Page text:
Surviving the fall: Kashmir’s ‘only mechanised’ brick kiln stares at closure

Jhelum Structures Private Limited – Kashmir’s “only mechanised” brick kiln situated at Ompora in this central Kashmir’s Budgam district – has confronted nightmares with years of shutdown worsened by the unavailability of workers.

Since its inception in 1982, the factory has witnessed unprecedented shutdowns. The unfavorable (political) circumstances in Kashmir, the harsh winter climate and other reasons affected its growth and expansion. It slipped into crisis in the 1990s when the arms uprising in the valley was at its peak.

Though the kiln resumed functioning after a long period of hibernation, the inadequate proficiency of Kashmiri labourers couldn’t save it from recurring losses.
“The factory’s project plan in 1982 had stipulated to produce over 12 million bricks per year. But over the years, it managed to produce only 10% of the projected plan annually,” Imtiyaz Ahmad, a worker at the kiln told the news agency—Kashmir News Observer (KNO).
He said that while drafting the project plan, the policymakers failed to take the harsh winter climate of Kashmir into consideration. “The factory remains inactive from the month of November to April. We were deceived by the project plan. I want to quit this job. I have also reached an age where I cannot even do labour work,” he said.
Imtiyaz added, “Initially, I was proud of working in a factory, but time has proven me wrong. Kashmir bears no future for industries.”
The factory was built over a decade on 22 kanals of land with Romanian-inducted machines. Its bricks are famous across Kashmir for their distinct trait of glitter. To acquire and maintain its finishing by the process of mechanisation, Jhelum Structures availed a separate 33000 KV essential electric service. While the factory remains functional from May to October, the electricity dues are paid for the entire year.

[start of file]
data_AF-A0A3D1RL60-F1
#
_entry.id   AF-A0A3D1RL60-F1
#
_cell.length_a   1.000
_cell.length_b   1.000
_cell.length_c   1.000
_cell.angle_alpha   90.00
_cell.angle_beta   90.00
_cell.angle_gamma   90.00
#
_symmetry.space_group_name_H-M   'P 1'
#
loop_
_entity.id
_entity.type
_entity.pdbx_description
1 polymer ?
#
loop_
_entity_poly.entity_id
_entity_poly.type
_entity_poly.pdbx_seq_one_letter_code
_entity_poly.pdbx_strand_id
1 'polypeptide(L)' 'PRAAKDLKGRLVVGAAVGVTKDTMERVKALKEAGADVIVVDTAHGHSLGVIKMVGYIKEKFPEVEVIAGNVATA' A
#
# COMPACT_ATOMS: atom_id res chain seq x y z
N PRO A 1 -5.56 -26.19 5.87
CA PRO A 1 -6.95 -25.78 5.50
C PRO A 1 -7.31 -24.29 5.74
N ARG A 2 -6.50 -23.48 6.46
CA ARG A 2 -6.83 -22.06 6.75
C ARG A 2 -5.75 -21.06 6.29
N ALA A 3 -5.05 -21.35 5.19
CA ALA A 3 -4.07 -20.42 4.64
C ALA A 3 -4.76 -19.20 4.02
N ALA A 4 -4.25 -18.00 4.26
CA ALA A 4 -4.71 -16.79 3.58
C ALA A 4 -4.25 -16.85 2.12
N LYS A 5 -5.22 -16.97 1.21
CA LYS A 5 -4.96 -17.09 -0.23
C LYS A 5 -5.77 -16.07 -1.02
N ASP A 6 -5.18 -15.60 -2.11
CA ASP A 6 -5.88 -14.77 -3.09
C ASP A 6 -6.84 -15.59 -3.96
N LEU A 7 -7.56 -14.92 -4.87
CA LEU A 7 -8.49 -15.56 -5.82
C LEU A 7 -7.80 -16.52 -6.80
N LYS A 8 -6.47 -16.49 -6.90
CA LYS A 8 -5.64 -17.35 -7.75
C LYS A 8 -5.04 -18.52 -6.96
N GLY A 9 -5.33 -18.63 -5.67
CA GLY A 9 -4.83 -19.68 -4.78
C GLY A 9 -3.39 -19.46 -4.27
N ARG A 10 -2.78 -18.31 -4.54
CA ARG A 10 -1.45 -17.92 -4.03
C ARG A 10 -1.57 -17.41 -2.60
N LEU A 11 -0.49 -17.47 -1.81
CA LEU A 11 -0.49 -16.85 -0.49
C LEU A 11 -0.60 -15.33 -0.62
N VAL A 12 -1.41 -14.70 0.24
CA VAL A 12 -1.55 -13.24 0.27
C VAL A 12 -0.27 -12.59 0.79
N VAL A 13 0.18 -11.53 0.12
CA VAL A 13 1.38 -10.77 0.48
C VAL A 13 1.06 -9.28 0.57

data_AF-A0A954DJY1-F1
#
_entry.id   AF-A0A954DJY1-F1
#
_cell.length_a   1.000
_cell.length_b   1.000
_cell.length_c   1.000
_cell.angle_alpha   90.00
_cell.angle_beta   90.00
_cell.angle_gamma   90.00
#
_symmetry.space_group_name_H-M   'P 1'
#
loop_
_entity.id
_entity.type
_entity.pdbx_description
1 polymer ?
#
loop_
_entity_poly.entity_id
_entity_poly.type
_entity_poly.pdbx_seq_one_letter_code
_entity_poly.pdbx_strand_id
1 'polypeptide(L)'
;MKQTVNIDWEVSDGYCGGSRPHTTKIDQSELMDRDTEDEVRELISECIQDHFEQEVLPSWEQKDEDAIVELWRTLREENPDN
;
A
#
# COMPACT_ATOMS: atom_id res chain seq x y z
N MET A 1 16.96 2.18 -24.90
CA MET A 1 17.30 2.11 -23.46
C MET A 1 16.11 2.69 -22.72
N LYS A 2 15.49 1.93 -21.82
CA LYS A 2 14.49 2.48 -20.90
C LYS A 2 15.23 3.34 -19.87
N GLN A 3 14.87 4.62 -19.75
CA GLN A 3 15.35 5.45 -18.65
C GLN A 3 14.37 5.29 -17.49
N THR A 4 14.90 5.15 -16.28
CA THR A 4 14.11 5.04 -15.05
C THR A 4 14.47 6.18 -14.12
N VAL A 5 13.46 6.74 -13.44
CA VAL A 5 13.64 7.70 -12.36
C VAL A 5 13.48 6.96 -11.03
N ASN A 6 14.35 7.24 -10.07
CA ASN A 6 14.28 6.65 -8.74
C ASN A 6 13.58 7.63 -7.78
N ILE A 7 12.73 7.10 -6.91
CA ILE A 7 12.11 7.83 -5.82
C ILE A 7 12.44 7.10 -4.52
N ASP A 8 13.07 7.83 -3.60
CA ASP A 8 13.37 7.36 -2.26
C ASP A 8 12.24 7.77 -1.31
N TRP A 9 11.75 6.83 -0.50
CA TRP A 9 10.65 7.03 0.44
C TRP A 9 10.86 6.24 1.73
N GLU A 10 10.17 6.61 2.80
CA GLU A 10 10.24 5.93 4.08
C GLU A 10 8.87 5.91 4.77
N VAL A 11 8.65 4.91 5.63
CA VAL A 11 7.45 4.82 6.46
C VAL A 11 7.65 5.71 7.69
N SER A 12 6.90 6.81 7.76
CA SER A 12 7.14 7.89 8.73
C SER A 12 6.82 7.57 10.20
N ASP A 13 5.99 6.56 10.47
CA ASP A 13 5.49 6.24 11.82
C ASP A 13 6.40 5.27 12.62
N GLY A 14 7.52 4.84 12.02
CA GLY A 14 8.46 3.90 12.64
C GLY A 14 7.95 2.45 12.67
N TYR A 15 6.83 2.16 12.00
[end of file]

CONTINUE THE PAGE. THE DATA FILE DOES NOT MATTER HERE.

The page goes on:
Besides the government’s apathy, the factory is irked by the frequent grievances of the local dwellers. Situated in a residential area of Ompora, the kiln locally purchases clay from the hilly regions of Budgam. The commotion of lorries often invites grievances from the nearby inhabitants.
Jhelum Structures Private Limited is a semi-government industry with Hamidullah as Managing Director. The factory is in crisis even after being directly associated with the territorial government. “Due to the COVID-19 imposed lockdown in March 2020, the factory suffered losses for two consecutive years but no compensation was offered. Instead, we paid insurance, taxes and electricity dues at a hiked price,” the factory’s shareholders told KNO.
The factory has a single tipper lorry to carry bricks to its customers. A tipper lorry carries 3000 bricks at a time which costs between 50,000 and 55,000 rupees to nearby places. Jhelum Structures has also delivered bricks outside Kashmir. “It’s hard for us to survive even after being a maiden mechanised brick kiln in Kashmir. I wonder how other industries are still functioning,” said a worker.
The Pampore branch of JKPCC (Jammu & Kashmir Projects Construction Corporation) mechanised brick kiln was shut down due to bankruptcy. “Now, Jhelum Structures Private Limited is staring at its closure,” the worker said—(KNO)

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